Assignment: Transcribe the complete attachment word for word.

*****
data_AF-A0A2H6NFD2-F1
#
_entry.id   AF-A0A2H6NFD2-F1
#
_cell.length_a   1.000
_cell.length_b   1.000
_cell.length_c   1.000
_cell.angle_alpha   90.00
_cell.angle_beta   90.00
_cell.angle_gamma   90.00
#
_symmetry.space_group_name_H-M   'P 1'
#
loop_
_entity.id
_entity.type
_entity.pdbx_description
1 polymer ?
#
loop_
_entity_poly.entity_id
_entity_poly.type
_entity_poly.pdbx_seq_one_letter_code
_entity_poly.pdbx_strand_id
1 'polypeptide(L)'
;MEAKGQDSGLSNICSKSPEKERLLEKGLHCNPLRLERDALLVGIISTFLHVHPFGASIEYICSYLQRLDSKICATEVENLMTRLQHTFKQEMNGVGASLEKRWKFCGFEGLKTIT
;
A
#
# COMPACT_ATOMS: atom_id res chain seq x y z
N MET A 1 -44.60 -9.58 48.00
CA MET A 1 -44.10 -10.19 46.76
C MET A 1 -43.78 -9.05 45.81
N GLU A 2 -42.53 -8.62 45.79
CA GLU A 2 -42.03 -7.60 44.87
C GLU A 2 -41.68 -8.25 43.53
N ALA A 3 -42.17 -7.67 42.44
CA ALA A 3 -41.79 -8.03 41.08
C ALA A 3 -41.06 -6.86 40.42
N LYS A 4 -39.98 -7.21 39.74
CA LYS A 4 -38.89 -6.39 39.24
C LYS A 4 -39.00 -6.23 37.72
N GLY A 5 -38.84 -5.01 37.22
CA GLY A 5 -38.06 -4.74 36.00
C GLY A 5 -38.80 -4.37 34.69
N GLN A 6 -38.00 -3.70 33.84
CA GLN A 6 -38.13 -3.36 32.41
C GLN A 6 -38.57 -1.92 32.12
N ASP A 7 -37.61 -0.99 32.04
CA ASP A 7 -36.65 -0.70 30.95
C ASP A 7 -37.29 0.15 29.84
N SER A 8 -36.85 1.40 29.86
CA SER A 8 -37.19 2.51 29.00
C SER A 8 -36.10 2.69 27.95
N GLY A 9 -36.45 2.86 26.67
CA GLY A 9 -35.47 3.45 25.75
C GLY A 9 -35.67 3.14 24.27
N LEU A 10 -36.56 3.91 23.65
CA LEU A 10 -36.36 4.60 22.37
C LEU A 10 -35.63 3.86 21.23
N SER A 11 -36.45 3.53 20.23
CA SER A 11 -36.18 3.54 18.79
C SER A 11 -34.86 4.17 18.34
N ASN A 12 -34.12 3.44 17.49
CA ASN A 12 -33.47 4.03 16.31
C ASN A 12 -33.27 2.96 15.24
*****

data_AF-A0A2H6NFD2-F1
#
_entry.id   AF-A0A2H6NFD2-F1
#
_cell.length_a   1.000
_cell.length_b   1.000
_cell.length_c   1.000
_cell.angle_alpha   90.00
_cell.angle_beta   90.00
_cell.angle_gamma   90.00
#
_symmetry.space_group_name_H-M   'P 1'
#
loop_
_entity.id
_entity.type
_entity.pdbx_description
1 polymer ?
#
loop_
_entity_poly.entity_id
_entity_poly.type
_entity_poly.pdbx_seq_one_letter_code
_entity_poly.pdbx_strand_id
1 'polypeptide(L)'
;MEAKGQDSGLSNICSKSPEKERLLEKGLHCNPLRLERDALLVGIISTFLHVHPFGASIEYICSYLQRLDSKICATEVENLMTRLQHTFKQEMNGVGASLEKRWKFCGFEGLKTIT
;
A
#
# COMPACT_ATOMS: atom_id res chain seq x y z
N MET A 1 -44.60 -9.58 48.00
CA MET A 1 -44.10 -10.19 46.76
C MET A 1 -43.78 -9.05 45.81
N GLU A 2 -42.53 -8.62 45.79
CA GLU A 2 -42.03 -7.60 44.87
C GLU A 2 -41.68 -8.25 43.53
N ALA A 3 -42.17 -7.67 42.44
CA ALA A 3 -41.79 -8.03 41.08
C ALA A 3 -41.06 -6.86 40.42
N LYS A 4 -39.98 -7.21 39.74
CA LYS A 4 -38.89 -6.39 39.24
C LYS A 4 -39.00 -6.23 37.72
N GLY A 5 -38.84 -5.01 37.22
CA GLY A 5 -38.06 -4.74 36.00
C GLY A 5 -38.80 -4.37 34.69
N GLN A 6 -38.00 -3.70 33.84
CA GLN A 6 -38.13 -3.36 32.41
C GLN A 6 -38.57 -1.92 32.12
N ASP A 7 -37.61 -0.99 32.04
CA ASP A 7 -36.65 -0.70 30.95
C ASP A 7 -37.29 0.15 29.84
N SER A 8 -36.85 1.40 29.86
CA SER A 8 -37.19 2.51 29.00
C SER A 8 -36.10 2.69 27.95
N GLY A 9 -36.45 2.86 26.67
CA GLY A 9 -35.47 3.45 25.75
C GLY A 9 -35.67 3.14 24.27
N LEU A 10 -36.56 3.91 23.65
CA LEU A 10 -36.36 4.60 22.37
C LEU A 10 -35.63 3.86 21.23
N SER A 11 -36.45 3.53 20.23
CA SER A 11 -36.18 3.54 18.79
C SER A 11 -34.86 4.17 18.34
N ASN A 12 -34.12 3.44 17.49
CA ASN A 12 -33.47 4.03 16.31
C ASN A 12 -33.27 2.96 15.24